Testing to make sure I’ll be able to use the micro.blog tools when they start supporting posting to blogs. I can post here using Quill, so micropub is working, but running the test suit at micropub.rocks produces only failures.
I’ve been using micro.blog right along and have a good, basic understanding of what it can do, but I’m very much looking forward to the release of the book, which I expect to fill in any number of gaps.
This post exists purely for the purpose of unlocking the Halloween pin on micro.blog. I apologize for the bandwidth consumed. Oh, and here’s a picture of our Halloween weather:
This is a test to see if emojis show up in post titles and post content. (Emoji functionality seems quite flaky in comments.)
Some emojis: 🌸💃🧚♀️🧜♀️🌸
(Interesting. They’re there, at least in the preview, but they’re from a different character set than what I see when I paste an emoji from elsewhere. Here’s two I’m typing: 🦔❤️. Yeah: Again not what I see when I pick an emoji via the native special character typing on the Mac; the native Mac hedgehog is facing left rather than forward, and the heart has some fancy tonal shading.)
Here’s a great summary of all the things I never quit using: a personal website, #RSS, blogroll, etc. Now augmented with indieweb stuff like webmention, micro.blog, etc.
I mentioned a few days ago that I’d got my microblogging working about the way I wanted. There was one exception to that: my “images” workflow.
There’s pretty good “media library” functionality built into WordPress, but I’ve always found it a bit too blog-centric in how it works to be a good general solution to images hosting.
Lychee works great, but it took me a while to sort out how to integrate images hosted there into my blog.
Here’s what I’ve ended up doing:
- Upload images to images.philipbrewer.net. The Lychee software lets me keep them private or make them public, and it lets me organize them into albums. It also produces an RSS feed of all my public photos.
- If I want to use one of my photos in a blog post, I select the photo in Lychee, click on the share button, and select “direct link” to get a link to a .jpg file. The default is the full-size image, but I can edit the link to get a link to a medium or small image if I prefer.
- In my blog post I insert the image as usual, except instead of selecting the image from my media library, I click “Insert from URL” and paste in the link I acquired in step two. If it’s the main image for the post I also paste it into the “use this image” field in Open Graph (a WordPress plugin I use to generate the metadata so that links shared in Twitter and Facebook use the image I want). If I want to, I can also specify the Lychee page for that image as the target URL if you click on the image.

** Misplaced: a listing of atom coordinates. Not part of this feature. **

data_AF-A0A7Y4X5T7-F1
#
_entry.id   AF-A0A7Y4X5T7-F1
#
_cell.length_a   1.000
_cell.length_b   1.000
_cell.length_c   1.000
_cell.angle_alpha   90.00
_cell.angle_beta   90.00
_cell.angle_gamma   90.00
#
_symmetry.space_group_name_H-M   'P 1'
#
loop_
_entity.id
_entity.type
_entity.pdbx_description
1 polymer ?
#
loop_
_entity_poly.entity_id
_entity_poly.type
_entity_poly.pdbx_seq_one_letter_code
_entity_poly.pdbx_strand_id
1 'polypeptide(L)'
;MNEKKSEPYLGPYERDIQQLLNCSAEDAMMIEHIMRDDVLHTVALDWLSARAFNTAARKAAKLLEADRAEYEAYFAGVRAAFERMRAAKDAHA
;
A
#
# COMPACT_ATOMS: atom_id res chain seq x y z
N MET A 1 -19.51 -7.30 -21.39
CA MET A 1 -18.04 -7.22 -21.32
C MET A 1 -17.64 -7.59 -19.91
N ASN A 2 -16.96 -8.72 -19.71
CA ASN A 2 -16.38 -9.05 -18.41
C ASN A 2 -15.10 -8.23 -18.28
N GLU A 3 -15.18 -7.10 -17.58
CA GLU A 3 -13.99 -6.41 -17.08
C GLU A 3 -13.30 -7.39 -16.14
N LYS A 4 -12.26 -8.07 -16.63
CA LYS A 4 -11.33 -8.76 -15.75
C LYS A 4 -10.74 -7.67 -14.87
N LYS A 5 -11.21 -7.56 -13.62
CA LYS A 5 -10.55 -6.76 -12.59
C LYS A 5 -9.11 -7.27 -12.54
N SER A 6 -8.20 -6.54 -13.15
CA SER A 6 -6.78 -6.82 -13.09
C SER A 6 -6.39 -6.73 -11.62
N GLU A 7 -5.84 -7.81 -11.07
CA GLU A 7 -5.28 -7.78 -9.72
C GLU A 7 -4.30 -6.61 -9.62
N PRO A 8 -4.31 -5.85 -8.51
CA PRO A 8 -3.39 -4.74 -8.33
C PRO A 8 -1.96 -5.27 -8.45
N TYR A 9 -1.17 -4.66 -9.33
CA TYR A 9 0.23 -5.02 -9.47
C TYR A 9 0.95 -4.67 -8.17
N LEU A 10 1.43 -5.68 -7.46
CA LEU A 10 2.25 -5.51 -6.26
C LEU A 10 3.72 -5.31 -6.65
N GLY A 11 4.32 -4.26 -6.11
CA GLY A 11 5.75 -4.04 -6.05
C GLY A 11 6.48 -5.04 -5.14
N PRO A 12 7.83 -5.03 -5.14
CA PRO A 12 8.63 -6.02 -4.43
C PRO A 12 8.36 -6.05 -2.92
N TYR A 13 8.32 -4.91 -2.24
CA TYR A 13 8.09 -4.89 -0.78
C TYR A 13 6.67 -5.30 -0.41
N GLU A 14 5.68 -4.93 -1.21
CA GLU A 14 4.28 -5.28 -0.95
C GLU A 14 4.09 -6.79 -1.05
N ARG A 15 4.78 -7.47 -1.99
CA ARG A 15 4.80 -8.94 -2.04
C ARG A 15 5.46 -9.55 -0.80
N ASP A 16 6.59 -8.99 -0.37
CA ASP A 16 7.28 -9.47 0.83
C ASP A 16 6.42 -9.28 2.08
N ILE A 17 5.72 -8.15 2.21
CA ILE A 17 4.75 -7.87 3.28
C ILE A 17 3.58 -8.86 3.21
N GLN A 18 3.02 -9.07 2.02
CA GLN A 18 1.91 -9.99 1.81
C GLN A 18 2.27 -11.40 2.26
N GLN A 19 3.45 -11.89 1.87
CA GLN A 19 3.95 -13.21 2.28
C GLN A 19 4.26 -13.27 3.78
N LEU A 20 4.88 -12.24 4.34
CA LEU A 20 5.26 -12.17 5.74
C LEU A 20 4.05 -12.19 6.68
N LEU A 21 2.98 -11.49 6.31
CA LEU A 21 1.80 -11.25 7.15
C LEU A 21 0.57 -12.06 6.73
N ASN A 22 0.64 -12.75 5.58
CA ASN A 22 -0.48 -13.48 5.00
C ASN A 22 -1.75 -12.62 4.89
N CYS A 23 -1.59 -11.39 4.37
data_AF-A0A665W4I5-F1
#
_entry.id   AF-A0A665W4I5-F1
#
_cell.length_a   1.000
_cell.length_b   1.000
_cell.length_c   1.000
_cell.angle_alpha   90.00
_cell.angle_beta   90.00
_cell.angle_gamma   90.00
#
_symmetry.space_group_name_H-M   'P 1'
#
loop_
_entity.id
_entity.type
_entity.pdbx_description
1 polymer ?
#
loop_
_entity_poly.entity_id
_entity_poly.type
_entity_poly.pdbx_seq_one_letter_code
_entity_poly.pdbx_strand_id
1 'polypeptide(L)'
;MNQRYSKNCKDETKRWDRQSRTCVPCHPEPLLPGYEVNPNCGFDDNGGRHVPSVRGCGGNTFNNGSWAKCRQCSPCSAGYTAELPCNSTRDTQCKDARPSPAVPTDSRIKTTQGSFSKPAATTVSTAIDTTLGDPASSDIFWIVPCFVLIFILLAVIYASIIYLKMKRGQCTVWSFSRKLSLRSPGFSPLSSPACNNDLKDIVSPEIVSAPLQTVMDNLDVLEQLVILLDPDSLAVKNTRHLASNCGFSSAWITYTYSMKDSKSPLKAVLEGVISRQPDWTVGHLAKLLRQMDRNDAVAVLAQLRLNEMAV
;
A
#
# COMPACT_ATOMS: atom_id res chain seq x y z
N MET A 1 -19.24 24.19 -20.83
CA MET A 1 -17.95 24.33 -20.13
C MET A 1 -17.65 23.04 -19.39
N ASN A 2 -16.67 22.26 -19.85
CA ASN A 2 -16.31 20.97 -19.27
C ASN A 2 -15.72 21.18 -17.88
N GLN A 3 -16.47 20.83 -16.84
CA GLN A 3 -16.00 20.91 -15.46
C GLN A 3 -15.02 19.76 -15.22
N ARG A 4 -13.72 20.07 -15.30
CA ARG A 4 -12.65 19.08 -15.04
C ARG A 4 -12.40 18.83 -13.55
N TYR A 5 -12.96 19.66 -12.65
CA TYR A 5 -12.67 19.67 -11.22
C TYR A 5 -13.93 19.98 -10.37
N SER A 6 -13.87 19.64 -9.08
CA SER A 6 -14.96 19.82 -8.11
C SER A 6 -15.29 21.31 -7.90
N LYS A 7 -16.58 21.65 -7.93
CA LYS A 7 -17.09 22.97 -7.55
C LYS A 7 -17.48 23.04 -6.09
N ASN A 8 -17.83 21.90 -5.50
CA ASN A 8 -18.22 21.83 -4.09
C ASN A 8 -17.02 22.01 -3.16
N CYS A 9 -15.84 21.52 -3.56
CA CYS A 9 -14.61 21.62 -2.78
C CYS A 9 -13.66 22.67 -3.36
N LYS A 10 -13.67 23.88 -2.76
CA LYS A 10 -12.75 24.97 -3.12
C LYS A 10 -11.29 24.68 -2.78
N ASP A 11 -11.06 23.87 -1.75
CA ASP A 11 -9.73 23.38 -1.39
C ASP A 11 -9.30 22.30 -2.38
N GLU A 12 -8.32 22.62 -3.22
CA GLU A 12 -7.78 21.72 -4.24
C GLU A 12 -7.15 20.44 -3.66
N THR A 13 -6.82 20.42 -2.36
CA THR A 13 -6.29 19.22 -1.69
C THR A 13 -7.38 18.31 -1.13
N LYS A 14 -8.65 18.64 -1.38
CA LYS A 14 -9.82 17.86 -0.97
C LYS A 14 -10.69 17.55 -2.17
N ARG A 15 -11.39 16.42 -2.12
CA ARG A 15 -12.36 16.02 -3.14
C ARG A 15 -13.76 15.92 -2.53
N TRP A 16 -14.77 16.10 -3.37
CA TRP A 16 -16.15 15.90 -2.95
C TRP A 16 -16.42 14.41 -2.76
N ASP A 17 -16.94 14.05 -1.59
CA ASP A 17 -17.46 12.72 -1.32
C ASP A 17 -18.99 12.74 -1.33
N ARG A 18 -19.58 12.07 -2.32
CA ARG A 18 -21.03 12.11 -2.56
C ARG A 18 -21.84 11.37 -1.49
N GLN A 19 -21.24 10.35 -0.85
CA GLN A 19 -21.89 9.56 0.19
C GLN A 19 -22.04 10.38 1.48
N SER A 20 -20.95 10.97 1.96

Here, for example, is an image I took yesterday:
Pretty much everything works the way I want it to now. The images are hosted on images.philipbrewer.net, I have access to small, medium, and large versions of the images, and an easy-enough way to include them in a blog post.
Two things that could work better:
- A one-click way to get the link for the images pasted into all the right places in a new blog post, so I’m not having to go back and forth to make the image block, get one link, paste it (usually twice), then get the second link, and paste that one.
- A one-click way to get a srcset, so that my pages can be more automatically made responsive.
Still, after a bunch of posts where I was testing things out, in which things didn’t work quite they way I wanted them to, I’ve now got things just about set.
Often—I’d say usually—when I craft something to post to social media I end up disappointed eventually. In particular, when I want to refer back to it and find that it’s lost in the depths of Facebook or twitter and I can’t find it, or can’t refer to it in the way I want to.
I think I’ve got this problem solved now, via micro.blog, which is social media done correctly.
Use micro.blog like this: Have your own blog that generates an RSS feed. Sign up for a micro.blog, and configure it to watch that feed. It will build a twitter-like timeline out of your blog posts. There’s a clever detail about how it does so: Your regular posts will just be posted with your post title and a link. But your short, status posts—your tweet-like posts—show up with the full content instead of just a title and a link. (You signal the difference to micro.blog by omitting a title on your status posts.)
I set up a micro.blog a couple of years ago (I was a backer on Kickstarter), and was very pleased with how it all worked, with the sole problem being that nobody reads my micro.blog feed. My frustration with that, however, has finally prompted me to do something that I’m always loath to do: Spend money.
I signed up to spend $2 a month to have micro.blog forward my feed on to twitter (and, of course, to support micro.blog). A link to this post will show up with the post title. My status posts are showing up as tweets, just like they’re supposed to.
Going forward I’ll still post to twitter, but generally just replies and retweets. With those exceptions, my plan is to publish all my content here and let micro.blog handle the rest.
Tiny little leafhopper on my thumb.